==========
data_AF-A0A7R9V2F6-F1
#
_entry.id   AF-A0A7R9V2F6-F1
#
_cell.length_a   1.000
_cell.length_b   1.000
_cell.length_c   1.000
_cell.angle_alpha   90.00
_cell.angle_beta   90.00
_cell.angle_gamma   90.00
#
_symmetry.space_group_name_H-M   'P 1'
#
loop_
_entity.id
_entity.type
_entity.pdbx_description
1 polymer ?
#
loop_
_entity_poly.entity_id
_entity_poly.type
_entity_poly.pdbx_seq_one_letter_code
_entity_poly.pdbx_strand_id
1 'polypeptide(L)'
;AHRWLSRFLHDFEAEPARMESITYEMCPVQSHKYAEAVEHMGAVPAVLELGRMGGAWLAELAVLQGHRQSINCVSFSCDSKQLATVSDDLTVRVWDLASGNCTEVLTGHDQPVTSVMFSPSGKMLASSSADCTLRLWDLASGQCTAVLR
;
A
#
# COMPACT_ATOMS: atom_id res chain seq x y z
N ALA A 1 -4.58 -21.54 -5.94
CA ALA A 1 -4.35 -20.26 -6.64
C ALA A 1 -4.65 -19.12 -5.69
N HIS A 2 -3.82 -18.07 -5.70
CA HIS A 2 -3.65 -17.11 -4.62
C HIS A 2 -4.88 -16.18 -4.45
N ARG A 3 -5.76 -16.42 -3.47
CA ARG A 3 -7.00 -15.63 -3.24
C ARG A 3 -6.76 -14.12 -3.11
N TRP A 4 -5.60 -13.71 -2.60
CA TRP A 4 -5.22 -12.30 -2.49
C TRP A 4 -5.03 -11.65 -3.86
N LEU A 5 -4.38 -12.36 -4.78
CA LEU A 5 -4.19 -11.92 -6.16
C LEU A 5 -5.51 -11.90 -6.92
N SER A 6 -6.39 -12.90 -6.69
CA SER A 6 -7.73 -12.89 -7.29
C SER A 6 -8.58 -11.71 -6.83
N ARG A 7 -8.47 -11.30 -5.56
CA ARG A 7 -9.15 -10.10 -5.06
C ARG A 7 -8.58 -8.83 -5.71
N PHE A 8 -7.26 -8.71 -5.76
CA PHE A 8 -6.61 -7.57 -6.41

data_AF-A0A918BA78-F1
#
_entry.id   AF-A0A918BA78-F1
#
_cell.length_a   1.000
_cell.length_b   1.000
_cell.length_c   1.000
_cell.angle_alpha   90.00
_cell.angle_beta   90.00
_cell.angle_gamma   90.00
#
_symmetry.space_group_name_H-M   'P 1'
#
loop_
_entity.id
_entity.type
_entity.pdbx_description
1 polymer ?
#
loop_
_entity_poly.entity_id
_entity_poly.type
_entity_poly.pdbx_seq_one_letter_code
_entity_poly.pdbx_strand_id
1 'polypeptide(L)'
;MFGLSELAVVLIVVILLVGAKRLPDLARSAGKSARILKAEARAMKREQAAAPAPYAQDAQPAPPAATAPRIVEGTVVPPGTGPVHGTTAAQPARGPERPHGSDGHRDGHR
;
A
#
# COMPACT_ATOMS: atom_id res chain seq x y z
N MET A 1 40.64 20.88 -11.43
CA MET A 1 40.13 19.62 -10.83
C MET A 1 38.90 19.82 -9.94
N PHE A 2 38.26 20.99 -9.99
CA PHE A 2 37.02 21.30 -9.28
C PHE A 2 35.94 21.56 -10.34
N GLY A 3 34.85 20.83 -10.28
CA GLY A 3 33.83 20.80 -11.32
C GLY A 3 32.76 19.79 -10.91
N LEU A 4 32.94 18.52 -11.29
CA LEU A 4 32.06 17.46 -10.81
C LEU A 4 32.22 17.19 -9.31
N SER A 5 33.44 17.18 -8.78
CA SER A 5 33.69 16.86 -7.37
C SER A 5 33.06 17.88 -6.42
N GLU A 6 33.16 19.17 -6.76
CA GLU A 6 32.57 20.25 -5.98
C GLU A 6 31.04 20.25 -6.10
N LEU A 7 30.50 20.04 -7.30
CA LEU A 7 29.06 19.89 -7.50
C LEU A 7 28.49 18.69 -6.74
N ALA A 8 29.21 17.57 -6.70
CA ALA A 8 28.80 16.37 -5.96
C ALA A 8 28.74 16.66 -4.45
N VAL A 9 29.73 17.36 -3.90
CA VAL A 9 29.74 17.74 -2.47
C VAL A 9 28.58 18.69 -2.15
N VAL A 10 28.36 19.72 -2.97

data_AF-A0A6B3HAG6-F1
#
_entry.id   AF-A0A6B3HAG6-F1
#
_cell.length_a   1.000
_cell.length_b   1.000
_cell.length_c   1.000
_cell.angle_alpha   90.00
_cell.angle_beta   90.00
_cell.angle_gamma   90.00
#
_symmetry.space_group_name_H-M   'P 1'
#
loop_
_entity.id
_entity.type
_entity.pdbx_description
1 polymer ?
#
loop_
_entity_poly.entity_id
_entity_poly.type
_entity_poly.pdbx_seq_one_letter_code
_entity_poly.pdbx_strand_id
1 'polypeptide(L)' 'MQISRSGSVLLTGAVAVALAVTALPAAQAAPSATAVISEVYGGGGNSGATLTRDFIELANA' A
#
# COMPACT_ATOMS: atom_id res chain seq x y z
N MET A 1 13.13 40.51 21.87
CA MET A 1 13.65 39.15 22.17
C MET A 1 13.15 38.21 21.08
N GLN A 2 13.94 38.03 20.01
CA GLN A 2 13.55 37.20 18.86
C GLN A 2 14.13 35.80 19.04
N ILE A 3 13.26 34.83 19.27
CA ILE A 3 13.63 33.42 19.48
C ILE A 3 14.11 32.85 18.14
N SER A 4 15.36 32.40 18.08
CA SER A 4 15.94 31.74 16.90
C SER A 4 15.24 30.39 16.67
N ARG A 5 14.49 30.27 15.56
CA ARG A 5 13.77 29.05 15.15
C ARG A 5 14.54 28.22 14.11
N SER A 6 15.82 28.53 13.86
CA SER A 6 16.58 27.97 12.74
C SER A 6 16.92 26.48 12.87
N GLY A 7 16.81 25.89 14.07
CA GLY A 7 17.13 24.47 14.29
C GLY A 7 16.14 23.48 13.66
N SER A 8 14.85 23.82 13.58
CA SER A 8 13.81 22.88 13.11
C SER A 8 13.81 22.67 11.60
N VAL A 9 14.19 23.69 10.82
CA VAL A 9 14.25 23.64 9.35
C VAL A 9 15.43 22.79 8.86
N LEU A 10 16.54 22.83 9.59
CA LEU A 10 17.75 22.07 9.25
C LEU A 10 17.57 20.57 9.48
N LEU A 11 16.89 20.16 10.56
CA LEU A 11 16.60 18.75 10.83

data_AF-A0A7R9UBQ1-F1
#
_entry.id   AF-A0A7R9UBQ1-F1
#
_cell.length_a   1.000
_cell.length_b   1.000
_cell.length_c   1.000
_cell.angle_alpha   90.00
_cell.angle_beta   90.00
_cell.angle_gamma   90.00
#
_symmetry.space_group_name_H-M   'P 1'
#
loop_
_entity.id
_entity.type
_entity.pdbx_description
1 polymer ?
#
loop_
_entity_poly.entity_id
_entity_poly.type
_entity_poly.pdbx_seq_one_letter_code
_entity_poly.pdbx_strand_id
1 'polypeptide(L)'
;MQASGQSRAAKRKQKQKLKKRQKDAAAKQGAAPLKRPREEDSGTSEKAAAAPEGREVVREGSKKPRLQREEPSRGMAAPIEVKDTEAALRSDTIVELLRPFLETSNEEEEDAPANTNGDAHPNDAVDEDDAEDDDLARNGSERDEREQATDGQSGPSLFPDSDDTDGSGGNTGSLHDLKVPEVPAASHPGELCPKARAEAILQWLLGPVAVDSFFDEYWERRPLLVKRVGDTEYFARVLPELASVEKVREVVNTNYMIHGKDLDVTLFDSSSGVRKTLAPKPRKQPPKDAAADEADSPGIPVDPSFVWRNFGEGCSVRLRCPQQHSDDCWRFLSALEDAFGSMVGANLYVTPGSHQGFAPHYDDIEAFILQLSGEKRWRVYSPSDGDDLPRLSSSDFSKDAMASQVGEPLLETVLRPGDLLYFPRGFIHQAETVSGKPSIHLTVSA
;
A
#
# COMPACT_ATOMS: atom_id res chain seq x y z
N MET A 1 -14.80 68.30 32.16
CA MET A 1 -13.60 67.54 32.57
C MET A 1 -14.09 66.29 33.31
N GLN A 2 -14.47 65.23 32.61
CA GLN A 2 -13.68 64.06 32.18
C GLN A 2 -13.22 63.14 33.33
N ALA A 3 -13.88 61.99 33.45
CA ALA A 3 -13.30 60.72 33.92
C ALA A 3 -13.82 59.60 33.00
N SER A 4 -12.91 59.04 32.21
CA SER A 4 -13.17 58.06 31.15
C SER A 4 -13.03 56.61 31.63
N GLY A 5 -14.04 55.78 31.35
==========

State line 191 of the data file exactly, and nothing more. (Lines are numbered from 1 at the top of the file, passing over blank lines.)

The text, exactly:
_entity_poly.entity_id